-by Anna Marija Helt, PhD | 01/09/2019 |
When I’m sad and at a loss for what to do, I’ll often head to the high country outside of Durango, Colorado. If my energy is too low to wander in the woods, I may simply park in a pull-off to sit and “check in” with Twilight Peak or Engineer Mountain. Nothing like a giant rock that’s been there for tens of millions of years for a bit of perspective and support.
Believe it or not, this is an official form of therapy called “Nature Therapy.” In Japan, Shinrin-Yoku, or “Forest Bathing,” is practiced, which involves being in nature and dropping out of one’s head and into the five senses. It can be difficult, if not impossible, for most of us to turn off our thoughts. Rather, the idea is to simply let them pass without getting sucked into them, while plugging into our surroundings.
What are the benefits of being in nature?
Multiple research studies have found what those of us who get out into nature on a regular basis already know: being in nature makes us feel better. For example, studies have shown that Forest Bathing benefits heart function, stress response, and depression. But there is also a general sense of wellbeing that happens when we recognize that we are, in fact, part of nature…by getting outside.
Part of the benefit that comes from being in nature is, of course, visual. Seeing the beauty around you can help put day-to-day life into perspective, if only during your time in the woods, desert, park, or wherever. And the benefits from literally looking at nature go beyond the appreciation of beauty. The movement of your eyes as you take in the scenery, along with the play of light if you happen to be walking through dappled shade, have a significant effect on nervous system wiring. Take EMDR (Eye Movement Desensitization and Reprocessing), for example. It’s a groundbreaking therapy for helping the brain to push through “stuck processing” of past trauma, and was developed by Dr. Francine Shapiro while she was walking in a park. She noticed that the unpleasant line of thinking she was experiencing ceased as her eyes took in her surroundings and when she later went back to the same line of thought, the thoughts felt less charged.
Here’s a guided approach to getting you in touch with your senses whether you’re in the woods, in a meadow, in the desert or, really, anywhere in nature….Even if you’re stuck inside somewhere, you can use the following questions to do some Nature Therapy in your imagination. Or out on a fire escape or balcony or stoop.
How to Try Nature Therapy Anywhere
1. What do you see?
When outside, “drop in,” whether you prefer movement down a trail or sitting on a rock or under a tree or on an overlook. Notice what you see. Take the whole scene in and also notice the details around you, however small. Colors, textures, movement, stillness. Notice this for a while. If you’re stuck in a city, then take in your surroundings. Any trees along the street? Any persistent plants coming up through the cracks in the sidewalk? Any sunlight reflecting off the buildings or clouds passing overhead?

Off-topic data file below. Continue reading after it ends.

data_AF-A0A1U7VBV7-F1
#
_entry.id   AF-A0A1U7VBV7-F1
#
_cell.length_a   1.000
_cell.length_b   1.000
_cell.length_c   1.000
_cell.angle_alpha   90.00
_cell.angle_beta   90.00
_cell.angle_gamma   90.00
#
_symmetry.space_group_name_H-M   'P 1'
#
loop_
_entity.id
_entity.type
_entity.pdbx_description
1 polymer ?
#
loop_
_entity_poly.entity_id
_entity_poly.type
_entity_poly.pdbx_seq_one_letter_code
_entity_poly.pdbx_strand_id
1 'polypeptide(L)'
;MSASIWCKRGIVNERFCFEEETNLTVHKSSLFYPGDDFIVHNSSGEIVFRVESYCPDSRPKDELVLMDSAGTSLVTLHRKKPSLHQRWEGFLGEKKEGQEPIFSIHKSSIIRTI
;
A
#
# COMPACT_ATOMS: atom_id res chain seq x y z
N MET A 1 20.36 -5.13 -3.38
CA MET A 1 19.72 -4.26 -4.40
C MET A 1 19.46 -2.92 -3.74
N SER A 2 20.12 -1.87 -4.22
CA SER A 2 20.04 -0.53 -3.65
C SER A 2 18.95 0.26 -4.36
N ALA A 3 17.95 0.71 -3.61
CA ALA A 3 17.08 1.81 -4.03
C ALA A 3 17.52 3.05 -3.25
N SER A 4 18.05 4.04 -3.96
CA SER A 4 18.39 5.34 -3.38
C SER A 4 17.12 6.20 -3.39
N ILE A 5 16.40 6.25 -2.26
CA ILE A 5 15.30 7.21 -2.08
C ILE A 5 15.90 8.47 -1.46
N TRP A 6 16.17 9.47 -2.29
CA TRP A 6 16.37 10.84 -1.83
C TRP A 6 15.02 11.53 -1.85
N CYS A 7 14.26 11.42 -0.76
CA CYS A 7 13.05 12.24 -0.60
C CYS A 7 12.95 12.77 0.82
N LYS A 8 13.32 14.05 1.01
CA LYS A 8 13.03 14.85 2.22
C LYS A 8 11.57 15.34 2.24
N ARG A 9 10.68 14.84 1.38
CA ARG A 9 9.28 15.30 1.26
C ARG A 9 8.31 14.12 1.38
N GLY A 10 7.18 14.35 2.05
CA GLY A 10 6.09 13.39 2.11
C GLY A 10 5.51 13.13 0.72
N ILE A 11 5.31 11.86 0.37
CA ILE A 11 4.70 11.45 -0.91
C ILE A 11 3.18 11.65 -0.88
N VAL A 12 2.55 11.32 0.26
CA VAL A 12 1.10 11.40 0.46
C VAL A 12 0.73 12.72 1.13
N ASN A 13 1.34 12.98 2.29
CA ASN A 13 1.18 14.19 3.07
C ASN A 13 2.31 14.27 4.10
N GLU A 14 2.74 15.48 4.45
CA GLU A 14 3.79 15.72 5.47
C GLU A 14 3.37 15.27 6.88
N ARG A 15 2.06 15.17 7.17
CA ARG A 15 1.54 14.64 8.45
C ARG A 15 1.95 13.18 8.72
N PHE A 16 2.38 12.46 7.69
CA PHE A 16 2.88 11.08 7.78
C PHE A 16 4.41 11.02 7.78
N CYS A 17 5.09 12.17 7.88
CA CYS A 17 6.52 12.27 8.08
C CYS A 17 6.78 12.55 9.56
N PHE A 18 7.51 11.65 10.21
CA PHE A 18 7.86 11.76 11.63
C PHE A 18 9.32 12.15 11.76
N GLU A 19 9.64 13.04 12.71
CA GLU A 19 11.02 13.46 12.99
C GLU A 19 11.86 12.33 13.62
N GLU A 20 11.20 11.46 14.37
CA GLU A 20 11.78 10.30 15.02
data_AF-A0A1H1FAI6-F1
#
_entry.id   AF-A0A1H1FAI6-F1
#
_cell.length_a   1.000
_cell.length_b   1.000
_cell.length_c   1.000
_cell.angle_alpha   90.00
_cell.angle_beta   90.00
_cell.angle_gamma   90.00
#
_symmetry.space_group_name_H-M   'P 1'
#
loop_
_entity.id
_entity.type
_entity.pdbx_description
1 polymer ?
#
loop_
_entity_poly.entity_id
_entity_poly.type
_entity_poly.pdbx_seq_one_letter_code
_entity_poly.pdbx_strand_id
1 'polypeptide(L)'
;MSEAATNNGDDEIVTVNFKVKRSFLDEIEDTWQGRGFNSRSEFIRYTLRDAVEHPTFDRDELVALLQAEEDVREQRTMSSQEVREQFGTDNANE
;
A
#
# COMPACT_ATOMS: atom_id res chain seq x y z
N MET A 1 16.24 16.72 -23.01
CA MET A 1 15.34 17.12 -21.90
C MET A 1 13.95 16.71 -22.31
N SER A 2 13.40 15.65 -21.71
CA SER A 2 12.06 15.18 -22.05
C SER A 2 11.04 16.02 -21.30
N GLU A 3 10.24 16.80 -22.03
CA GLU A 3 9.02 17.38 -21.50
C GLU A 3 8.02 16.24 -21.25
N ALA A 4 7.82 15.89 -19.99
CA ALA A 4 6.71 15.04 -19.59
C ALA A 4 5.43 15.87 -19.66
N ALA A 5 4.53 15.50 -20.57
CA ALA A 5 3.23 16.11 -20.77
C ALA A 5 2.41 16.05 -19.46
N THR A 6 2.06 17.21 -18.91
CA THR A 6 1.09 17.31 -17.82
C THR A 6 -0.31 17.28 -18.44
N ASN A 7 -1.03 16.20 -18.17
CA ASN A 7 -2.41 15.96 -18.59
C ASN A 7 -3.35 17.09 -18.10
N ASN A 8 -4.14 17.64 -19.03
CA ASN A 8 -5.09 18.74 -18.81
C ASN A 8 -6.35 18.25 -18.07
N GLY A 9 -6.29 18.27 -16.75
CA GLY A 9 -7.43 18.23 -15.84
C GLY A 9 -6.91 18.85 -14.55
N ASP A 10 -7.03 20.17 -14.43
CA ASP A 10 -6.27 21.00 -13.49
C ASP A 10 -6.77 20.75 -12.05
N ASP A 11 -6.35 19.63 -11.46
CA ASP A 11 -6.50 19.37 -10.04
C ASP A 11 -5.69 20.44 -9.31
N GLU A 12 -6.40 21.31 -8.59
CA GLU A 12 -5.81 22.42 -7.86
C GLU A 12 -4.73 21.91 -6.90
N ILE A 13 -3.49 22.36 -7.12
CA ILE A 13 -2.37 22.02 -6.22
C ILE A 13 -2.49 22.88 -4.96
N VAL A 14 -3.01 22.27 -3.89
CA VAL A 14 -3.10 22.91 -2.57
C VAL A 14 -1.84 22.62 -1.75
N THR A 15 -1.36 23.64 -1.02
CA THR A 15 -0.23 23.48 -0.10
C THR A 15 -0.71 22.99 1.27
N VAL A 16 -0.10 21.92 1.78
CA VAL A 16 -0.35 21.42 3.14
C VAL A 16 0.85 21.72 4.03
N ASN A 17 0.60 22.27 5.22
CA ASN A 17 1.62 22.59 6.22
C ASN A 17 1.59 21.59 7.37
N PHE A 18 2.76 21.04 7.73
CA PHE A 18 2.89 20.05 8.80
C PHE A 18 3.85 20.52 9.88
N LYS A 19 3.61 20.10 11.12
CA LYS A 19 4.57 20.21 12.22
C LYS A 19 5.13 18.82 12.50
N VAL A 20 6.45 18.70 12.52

2. What do you hear?
Then switch to what you hear. Sound meditation is a great practice for being in nature or wherever you are. Do you hear a stream flowing, or a waterfall crashing, or the whoosh of the wind through the pines? To me, the wind through pines sounds like the ocean, while through aspen leaves it sounds like a stream. Do you hear any animals? Birds or maybe some four-footed critters scurrying through the leaves? Or maybe the special softening of sound that happens when it snows? My favorite sound is the sound of water flowing under the surface of a frozen stream. If in an urban area, what natural sounds can you hear? Birds? Wind? Leaves blowing along the sidewalk?
3. What do you feel?
Switch to what you feel. Are you warm or cold? Is the sun hitting your skin or are you in the shade? Do you notice the difference as you move from sun to shade while walking? If you’re sitting, notice the qualities of what you’re sitting on. If you’re standing, consider taking your shoes off and planting your feet on the earth. If you’re walking, notice the feel of what you’re walking on. Is it a hard-packed trail? Snow? Dry leaves? Soft moss? Can you feel a breeze, and what direction is it coming from? Is it raining or snowing on you? Or is wind blowing sand at you?
4. What do you taste?
Don’t forget about taste! You don’t want to walk around sticking plants you don’t know in your mouth. Otherwise, chew on some pine or fir needles or a piece of grass on another plant whose identity you know 100%. This one is a bit tougher in an urban area…even though there are many edible plants in lots, along sidewalks, coming up through cracks and so forth, you’re better off just looking at them.
5. What do you smell?
Next, notice what you smell. One of the best scents ever is called petrichor. It’s the smell when rain first hits dry earth and plants. Folks who live here in the southwest United States are very familiar with this sweet, earthy and, often, sagebrush-infused scent. Pine, fir, spruce, juniper, and other coniferous trees have very distinctive scents. If you happen to walk by a ponderosa, stick your nose right up to the bark…it’ll smell like butterscotch or vanilla, while the needles will have a typical “piney” smell. The leaves in the understory will have a scent as they degrade back to dirt. The fungi degrading them also have a scent. Part of the benefit of Forest Bathing is from the scents (the volatile oils) you’re breathing in. Aromatic plants as well as forest fungi produce chemicals known as terpenes, which have a variety of effects on brain health and function, inflammation, and many other aspects of mind-body function.
6. Tie it all together.
Finally, try to tie all of the senses together. Can you be aware of all of your senses at once? Give it a try!
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